Two thousand three hundred and forty years ago, a council of Athenian officers was summoned on the slope of one of the mountains that look over the plain of Marathon, on the eastern coast of Attica. The immediate subject of their meeting was to consider whether they should give battle to an enemy that lay encamped on the shore beneath them; but on the result of their deliberations depended not merely the fate of two armies, but the whole future...
Two thousand three hundred and forty years ago, a council of Athenian officers was summoned on the slope of one of the mountains that look over the plain of Marathon, on the eastern coast of Attica. The immediate subject of their meeting was to consider whether they should give battle to an enemy that lay encamped on the shore beneath them; but on the result of their deliberations depended not merely the fate of two armies, but the whole future progress of human civilization.
There were eleven members of that council of war. Ten were the generals, who were then annually elected at Athens, one for each of the local tribes into which the Athenians were divided. Each general led the men of his own tribe, and each was invested with equal military authority. One also of the Archons was associated with them in the joint command of the collective force. This magistrate was termed the Polemarch or War-Ruler: he had the privilege of leading the right wing of the army in battle, and of taking part in all councils of war. A noble Athenian, named Callimachus, was the War-Ruler of this year; and as such, stood listening to the earnest discussion of the ten generals. They had, indeed, deep matter for anxiety, though little aware how momentous to mankind were the votes they were about to give, or how the generations to come would read with interest that record of their debate. They saw before them the invading forces of a mighty empire, which had in the last fifty years shattered and enslaved nearly all the kingdoms and principalities of the then known world. They knew that all the resources of their own country were comprised in the little army entrusted to their guidance. They saw before them a chosen host of the Great King sent to wreak his special wrath on that country, and on the other insolent little Greek community, which had dared to aid his rebels and burn the capital of one of his provinces. That victorious host had already fulfilled half its mission of vengeance. Eretria, the confederate of Athens in the bold march against Sardis nine years before, had fallen in the last few days; and the Athenian generals could discern from the heights the island of AEgilia, in which the Persians had deposited their Eretrian prisoners, whom they had reserved to be led away captives into Upper Asia, there to hear their doom from the lips of King Darius himself. Moreover, the men of Athens knew that in the camp before them was their own banished tyrant, Hippias, who was seeking to be reinstated by foreign scimitars in despotic sway over any remnant of his countrymen that might survive the sack of their town, and might be left behind as too worthless for leading away into Median bondage.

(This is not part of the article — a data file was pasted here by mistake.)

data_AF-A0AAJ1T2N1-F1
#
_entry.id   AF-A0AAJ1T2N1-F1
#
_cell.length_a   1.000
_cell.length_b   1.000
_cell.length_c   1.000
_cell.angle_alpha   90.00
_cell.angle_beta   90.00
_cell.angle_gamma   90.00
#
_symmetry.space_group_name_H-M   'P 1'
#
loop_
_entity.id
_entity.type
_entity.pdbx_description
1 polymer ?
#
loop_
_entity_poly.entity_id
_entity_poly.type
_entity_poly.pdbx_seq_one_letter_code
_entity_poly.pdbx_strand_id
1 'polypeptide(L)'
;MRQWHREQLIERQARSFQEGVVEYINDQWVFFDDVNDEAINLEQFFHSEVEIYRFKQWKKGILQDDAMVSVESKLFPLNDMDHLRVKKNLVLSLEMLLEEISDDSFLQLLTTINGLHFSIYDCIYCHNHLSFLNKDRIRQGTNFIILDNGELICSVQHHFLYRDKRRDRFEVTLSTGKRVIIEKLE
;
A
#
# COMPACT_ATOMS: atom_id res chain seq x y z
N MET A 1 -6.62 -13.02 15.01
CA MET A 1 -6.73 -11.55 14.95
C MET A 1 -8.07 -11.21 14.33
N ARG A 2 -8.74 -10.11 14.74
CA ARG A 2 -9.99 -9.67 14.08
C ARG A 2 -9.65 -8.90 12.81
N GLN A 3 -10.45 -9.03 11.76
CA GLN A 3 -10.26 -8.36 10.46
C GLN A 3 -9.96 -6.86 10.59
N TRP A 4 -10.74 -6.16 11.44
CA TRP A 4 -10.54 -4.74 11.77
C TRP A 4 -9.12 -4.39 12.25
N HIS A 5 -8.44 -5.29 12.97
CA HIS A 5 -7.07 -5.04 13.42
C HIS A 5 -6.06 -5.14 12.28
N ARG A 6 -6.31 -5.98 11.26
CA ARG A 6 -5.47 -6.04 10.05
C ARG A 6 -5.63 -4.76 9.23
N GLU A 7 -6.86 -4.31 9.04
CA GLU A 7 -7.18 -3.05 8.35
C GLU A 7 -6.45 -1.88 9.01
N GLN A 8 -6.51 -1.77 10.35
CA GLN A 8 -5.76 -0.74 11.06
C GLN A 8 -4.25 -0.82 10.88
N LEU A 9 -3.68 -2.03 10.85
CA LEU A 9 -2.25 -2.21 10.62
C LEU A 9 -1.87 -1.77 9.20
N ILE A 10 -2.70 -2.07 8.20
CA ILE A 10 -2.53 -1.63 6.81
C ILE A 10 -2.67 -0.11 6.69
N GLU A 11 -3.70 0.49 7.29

The numerical disparity between the force which the Athenian commanders had under them, and that which they were called on to encounter, was fearfully apparent to some of the council. The historians who wrote nearest to the time of the battle do not pretend to give any detailed statements of the numbers engaged, but there are sufficient data for our making a general estimate.